Moving buildings away from shorelines can greatly reduce risks, not only to that structure, but to a community's infrastructure and to first responders. Large, historic buildings have been successfully protected this way. For more information, consult an engineer experienced with the structure relocation. For potential funding sources, see the funding page.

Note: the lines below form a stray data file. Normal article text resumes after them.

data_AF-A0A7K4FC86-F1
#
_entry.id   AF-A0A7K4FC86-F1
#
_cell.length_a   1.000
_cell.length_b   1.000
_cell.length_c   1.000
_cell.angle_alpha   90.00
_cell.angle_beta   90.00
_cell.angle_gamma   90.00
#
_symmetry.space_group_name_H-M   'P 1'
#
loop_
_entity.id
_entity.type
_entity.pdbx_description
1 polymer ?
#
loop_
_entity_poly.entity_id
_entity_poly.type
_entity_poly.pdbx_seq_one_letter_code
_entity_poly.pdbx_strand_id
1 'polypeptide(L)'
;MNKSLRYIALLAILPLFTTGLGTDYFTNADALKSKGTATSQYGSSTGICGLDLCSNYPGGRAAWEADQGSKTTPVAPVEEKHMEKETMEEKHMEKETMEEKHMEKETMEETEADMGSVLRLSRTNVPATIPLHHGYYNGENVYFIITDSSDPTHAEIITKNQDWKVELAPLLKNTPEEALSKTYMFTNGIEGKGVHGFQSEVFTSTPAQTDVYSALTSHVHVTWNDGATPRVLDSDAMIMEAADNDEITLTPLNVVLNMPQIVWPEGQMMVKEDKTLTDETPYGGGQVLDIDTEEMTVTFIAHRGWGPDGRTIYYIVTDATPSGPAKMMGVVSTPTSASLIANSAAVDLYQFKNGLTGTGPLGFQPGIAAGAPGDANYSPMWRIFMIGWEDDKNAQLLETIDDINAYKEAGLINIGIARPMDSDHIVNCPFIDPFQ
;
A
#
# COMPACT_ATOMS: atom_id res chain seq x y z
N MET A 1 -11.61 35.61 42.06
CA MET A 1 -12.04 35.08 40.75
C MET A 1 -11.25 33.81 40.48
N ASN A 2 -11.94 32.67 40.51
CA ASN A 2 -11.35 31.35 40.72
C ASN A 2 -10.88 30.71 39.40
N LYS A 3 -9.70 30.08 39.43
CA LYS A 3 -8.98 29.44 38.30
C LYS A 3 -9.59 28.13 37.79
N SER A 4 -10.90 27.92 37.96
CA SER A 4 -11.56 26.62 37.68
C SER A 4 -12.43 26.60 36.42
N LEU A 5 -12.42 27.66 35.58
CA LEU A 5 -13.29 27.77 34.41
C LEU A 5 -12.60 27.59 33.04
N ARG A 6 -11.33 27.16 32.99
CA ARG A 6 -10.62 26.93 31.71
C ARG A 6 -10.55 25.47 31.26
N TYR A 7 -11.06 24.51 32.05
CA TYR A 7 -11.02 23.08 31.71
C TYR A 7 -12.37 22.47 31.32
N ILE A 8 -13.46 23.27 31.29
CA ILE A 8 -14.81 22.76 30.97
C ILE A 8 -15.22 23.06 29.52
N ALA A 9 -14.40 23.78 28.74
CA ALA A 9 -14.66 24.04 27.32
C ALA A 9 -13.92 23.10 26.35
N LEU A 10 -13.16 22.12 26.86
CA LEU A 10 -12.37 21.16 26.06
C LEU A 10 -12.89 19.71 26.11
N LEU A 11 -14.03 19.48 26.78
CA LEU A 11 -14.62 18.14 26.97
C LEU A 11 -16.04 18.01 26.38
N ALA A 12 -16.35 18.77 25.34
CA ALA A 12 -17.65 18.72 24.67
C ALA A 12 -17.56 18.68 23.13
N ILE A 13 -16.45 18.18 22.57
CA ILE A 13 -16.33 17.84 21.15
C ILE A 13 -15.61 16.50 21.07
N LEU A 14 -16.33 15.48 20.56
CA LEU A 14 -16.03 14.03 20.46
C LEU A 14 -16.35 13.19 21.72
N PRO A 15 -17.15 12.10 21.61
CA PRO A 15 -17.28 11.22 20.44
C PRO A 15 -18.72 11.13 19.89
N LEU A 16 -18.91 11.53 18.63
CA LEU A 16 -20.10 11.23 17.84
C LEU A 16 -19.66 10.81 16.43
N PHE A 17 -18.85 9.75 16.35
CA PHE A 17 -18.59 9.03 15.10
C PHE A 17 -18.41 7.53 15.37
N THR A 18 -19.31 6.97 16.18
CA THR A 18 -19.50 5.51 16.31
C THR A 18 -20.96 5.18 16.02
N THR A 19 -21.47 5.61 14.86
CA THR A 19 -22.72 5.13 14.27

Some buildings in hazardous areas can't be feasibly retrofitted or relocated. In some cases, the only way to prevent structures from causing harm may be to remove them entirely. This is especially true when older structures are located where they are likely to be damaged, such as areas with high erosion rates. After the structure has been removed, communities usually dedicate the land to public open space or transfer it to land trusts for protection in perpetuity. There are many possible funding sources for acquisition (see the funding page). For more information on acquisition, see the Property Acquisitions for Open Space Frequently Asked Questions (PDF, 525 KB) on the Federal Emergency Management Agency's website.